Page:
Stoicism as An Invitation to the Good Life: An Autobiographical Sketch
Andrew M. Winters
In Plato’s dialogue Phaedo, the character Phaedo recounts a conversation between Simias and Socrates, during which Socrates suggests that to do philosophy is to prepare for one’s own death; specifically “that true philosophers make dying their profession” (Phaedo 67e). Since philosophy is to engage in the activity of knowing one’s own self, it is an activity readily available to anyone willing to adopt rigorous methods of self-examination. The resulting questions from Socrates’ suggestion are how should one live and, more importantly, how should one live such that the life lived is one worth living.
To only think about living, however, prevents us from living a life that many of us would think is worth living. We also think about how to best care for others, be successful, and enjoy ourselves. Yet, because thinking about pursuing a life that is worth living establishes a foundation for morality, some answer should be given. This is in line with Socrates’ own recommendation that a person “has only one thing to consider in performing any action—that it is whether he is acting right or wrongly, like a good man or a bad one” (Apology 28b). The lesson being that some moral framework should be adopted while pursuing those other questions, thoughts, and activities that make life worth living.
This line of thought is something I have set out to adopt in my own attempts to cultivate a life worth living. My main line of thinking being if we are forced to live, we should learn to do it well. Yet, I am obviously not the first person to have such thoughts. Rather than starting from scratch, I felt it is best to “try on” different responses to the question of what it means to live well.
In large part, the previous responses to this question stem from the assumption that the actions we perform are determinants of how well our lives go. This can be allegedly accomplished by assessing the intentions preceding an action or the resulting outcomes. Prior to developing my current sympathies to Stoicism, I felt it best to adopt the view that the results of our actions are what are most significant.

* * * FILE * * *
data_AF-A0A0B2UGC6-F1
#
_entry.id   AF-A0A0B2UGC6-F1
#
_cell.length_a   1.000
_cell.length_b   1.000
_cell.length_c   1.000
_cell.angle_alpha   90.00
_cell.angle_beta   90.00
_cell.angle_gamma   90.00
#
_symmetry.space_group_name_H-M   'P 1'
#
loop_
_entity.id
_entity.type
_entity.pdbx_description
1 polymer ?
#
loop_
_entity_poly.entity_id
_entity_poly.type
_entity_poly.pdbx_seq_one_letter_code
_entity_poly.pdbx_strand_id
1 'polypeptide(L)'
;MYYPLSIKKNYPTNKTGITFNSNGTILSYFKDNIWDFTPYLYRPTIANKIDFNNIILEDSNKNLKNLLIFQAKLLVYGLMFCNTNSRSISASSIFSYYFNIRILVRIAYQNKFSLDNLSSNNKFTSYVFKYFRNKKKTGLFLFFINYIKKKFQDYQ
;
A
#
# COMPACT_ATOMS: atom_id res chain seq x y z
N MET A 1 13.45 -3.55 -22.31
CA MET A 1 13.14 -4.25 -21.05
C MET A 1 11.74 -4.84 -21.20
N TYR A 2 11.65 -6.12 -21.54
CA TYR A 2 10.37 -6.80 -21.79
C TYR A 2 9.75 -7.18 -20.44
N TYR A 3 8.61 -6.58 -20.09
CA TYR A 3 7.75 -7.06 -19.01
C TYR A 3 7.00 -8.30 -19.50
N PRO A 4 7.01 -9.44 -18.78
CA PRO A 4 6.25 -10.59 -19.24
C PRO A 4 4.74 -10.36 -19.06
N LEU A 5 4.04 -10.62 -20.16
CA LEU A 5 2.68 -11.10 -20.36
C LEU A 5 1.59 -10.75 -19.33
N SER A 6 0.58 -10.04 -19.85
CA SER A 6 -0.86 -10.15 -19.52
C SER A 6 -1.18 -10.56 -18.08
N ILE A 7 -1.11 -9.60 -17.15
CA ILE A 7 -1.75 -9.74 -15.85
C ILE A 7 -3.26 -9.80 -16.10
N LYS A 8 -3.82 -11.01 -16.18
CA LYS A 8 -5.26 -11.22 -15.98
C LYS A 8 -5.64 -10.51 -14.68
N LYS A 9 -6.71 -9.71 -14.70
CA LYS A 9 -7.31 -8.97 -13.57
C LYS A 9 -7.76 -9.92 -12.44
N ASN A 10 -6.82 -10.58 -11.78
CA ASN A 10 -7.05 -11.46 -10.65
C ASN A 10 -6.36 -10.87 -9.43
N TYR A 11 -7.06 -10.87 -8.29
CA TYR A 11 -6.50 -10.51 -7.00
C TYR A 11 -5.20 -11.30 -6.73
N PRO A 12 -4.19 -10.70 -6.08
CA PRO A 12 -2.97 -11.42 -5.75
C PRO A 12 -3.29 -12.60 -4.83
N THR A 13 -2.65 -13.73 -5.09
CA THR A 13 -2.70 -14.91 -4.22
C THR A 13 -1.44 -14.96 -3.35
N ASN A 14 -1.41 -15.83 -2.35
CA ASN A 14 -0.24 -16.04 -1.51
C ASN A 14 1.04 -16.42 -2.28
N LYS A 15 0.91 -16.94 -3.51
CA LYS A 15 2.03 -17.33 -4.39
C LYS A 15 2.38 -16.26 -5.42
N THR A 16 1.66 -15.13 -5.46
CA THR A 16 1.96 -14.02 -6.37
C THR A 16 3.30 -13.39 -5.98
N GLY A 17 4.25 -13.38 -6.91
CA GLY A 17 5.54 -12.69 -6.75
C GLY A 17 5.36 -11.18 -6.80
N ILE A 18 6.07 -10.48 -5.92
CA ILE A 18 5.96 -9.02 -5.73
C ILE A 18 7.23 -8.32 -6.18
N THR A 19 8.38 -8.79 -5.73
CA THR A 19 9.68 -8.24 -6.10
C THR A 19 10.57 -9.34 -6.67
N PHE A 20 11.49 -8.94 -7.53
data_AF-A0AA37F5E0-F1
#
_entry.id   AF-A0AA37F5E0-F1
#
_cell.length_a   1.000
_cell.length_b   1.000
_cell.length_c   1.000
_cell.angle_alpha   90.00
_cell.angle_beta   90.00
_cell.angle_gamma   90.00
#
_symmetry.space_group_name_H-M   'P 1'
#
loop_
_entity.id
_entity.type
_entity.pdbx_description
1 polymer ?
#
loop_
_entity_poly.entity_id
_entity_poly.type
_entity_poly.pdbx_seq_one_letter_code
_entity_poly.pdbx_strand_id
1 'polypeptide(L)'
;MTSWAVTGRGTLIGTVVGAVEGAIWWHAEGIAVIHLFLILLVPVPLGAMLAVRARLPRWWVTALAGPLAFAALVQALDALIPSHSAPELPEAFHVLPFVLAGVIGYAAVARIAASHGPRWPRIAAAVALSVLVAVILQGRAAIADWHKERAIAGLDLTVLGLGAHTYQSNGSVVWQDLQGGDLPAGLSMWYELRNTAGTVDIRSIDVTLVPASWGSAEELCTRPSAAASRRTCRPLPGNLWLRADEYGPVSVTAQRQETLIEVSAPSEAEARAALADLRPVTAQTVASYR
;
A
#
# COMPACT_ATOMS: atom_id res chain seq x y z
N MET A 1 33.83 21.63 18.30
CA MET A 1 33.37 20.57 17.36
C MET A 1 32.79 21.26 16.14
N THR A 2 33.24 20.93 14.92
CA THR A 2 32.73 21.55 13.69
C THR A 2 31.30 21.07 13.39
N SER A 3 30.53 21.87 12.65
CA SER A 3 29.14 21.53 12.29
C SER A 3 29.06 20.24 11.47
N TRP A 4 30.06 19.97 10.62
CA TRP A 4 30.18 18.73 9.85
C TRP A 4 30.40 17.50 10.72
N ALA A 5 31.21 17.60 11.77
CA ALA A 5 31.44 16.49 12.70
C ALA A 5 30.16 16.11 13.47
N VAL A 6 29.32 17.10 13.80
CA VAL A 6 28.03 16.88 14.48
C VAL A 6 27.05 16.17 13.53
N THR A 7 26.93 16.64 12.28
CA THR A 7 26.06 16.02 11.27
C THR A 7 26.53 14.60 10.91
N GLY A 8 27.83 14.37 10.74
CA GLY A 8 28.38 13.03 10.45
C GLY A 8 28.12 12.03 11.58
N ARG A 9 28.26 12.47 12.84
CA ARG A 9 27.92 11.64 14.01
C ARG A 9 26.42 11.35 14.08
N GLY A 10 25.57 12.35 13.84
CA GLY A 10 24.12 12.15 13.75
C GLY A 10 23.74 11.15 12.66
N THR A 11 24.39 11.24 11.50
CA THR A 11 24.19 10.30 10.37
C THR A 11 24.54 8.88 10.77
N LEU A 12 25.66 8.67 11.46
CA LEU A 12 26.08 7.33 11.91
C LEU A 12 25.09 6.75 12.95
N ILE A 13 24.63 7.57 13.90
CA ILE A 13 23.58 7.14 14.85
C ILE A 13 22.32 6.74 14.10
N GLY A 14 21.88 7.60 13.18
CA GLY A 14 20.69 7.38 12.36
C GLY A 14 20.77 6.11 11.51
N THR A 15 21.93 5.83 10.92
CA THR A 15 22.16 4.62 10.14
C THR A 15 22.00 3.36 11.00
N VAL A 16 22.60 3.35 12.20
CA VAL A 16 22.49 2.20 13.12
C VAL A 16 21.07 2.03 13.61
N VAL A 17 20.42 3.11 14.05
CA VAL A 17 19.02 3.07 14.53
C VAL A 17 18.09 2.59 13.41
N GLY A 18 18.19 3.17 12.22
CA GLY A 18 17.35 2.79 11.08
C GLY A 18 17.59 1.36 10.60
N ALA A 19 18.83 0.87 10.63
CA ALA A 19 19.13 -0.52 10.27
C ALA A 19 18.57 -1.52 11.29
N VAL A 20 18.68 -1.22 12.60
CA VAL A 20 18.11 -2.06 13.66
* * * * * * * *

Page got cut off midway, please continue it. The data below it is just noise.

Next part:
After five years of attempting to perform frequent “calculations” of which actions would result in the best outcomes for those impacted by my actions, I began to realize that my life was not going as well as I had hoped. My calculations would become skewed, self-serving, and even justificatory of some actions that resulted in feelings of shame. Overall, I found that my life was not flourishing—I was not living a life I deemed worth living.
It was at this point that I revisited the question of what it means to live a good life.
In particular, I began examining the key components that were creating obstacles to my abilities to live well. In addition to the difficulty of identifying the appropriate guidelines for formulating my calculations, I realized that it was an individual person who was engaging in the activity of assessing outcomes. This realization allowed me to consider how using only the outcomes of my actions to determine if my life was going well no longer allowed the goodness of my life to be dependent upon me. Furthermore, by not being morally mature, the sort of calculations I was engaging in were those performed by someone possibly not fit for making such calculations.